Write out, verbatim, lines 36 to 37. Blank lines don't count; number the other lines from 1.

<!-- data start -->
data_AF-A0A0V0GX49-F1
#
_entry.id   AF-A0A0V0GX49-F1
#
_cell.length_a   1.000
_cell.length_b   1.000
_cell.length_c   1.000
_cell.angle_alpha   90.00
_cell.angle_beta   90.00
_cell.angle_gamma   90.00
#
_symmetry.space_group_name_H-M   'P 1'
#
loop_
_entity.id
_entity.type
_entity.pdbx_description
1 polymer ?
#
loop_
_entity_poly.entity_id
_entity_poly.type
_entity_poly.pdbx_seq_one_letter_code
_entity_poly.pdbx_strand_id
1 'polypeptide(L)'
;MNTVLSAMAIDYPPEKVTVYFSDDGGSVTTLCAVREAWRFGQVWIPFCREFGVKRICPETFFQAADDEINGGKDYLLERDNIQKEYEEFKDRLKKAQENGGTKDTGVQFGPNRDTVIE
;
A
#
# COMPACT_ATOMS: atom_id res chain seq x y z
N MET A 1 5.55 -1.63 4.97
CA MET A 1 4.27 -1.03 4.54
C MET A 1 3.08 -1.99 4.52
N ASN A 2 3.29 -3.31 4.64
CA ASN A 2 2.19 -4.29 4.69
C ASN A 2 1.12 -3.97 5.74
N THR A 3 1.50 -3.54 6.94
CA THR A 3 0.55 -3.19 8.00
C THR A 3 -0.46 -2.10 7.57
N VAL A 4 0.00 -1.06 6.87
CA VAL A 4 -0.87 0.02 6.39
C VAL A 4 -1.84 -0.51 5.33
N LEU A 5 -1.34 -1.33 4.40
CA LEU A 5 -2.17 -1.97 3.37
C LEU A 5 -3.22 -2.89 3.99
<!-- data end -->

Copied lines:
C ASN A 2 1.12 -3.97 5.74
N THR A 3 1.50 -3.54 6.94